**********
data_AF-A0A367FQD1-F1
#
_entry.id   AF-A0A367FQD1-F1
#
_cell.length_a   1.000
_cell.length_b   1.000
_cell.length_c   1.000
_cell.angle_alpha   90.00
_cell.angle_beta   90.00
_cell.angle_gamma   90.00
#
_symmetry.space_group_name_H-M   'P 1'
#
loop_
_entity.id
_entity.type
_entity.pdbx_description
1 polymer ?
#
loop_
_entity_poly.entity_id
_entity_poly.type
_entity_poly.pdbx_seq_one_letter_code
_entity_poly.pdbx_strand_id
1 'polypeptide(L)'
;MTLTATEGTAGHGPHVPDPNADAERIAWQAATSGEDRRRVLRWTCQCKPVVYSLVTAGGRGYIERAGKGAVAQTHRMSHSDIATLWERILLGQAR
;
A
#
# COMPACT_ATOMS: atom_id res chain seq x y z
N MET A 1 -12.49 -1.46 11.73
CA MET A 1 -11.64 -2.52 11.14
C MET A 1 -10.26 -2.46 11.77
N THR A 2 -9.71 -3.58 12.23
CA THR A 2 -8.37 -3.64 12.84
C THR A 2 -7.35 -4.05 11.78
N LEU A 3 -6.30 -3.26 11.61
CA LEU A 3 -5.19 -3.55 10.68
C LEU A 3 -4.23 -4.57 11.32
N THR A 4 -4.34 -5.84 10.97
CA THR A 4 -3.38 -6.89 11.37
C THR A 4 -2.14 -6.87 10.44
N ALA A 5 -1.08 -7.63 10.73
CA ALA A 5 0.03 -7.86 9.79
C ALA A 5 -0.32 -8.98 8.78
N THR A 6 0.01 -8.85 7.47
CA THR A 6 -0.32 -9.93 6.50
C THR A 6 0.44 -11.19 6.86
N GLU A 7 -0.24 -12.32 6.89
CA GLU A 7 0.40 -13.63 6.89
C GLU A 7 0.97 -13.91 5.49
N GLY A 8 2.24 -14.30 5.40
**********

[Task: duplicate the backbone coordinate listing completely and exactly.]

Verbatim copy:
data_AF-A0A367FQD1-F1
#
_entry.id   AF-A0A367FQD1-F1
#
_cell.length_a   1.000
_cell.length_b   1.000
_cell.length_c   1.000
_cell.angle_alpha   90.00
_cell.angle_beta   90.00
_cell.angle_gamma   90.00
#
_symmetry.space_group_name_H-M   'P 1'
#
loop_
_entity.id
_entity.type
_entity.pdbx_description
1 polymer ?
#
loop_
_entity_poly.entity_id
_entity_poly.type
_entity_poly.pdbx_seq_one_letter_code
_entity_poly.pdbx_strand_id
1 'polypeptide(L)'
;MTLTATEGTAGHGPHVPDPNADAERIAWQAATSGEDRRRVLRWTCQCKPVVYSLVTAGGRGYIERAGKGAVAQTHRMSHSDIATLWERILLGQAR
;
A
#
# COMPACT_ATOMS: atom_id res chain seq x y z
N MET A 1 -12.49 -1.46 11.73
CA MET A 1 -11.64 -2.52 11.14
C MET A 1 -10.26 -2.46 11.77
N THR A 2 -9.71 -3.58 12.23
CA THR A 2 -8.37 -3.64 12.84
C THR A 2 -7.35 -4.05 11.78
N LEU A 3 -6.30 -3.26 11.61
CA LEU A 3 -5.19 -3.55 10.68
C LEU A 3 -4.23 -4.57 11.32
N THR A 4 -4.34 -5.84 10.97
CA THR A 4 -3.38 -6.89 11.37
C THR A 4 -2.14 -6.87 10.44
N ALA A 5 -1.08 -7.63 10.73
CA ALA A 5 0.03 -7.86 9.79
C ALA A 5 -0.32 -8.98 8.78
N THR A 6 0.01 -8.85 7.47
CA THR A 6 -0.32 -9.93 6.50
C THR A 6 0.44 -11.19 6.86
N GLU A 7 -0.24 -12.32 6.89
CA GLU A 7 0.40 -13.63 6.89
C GLU A 7 0.97 -13.91 5.49
N GLY A 8 2.24 -14.30 5.40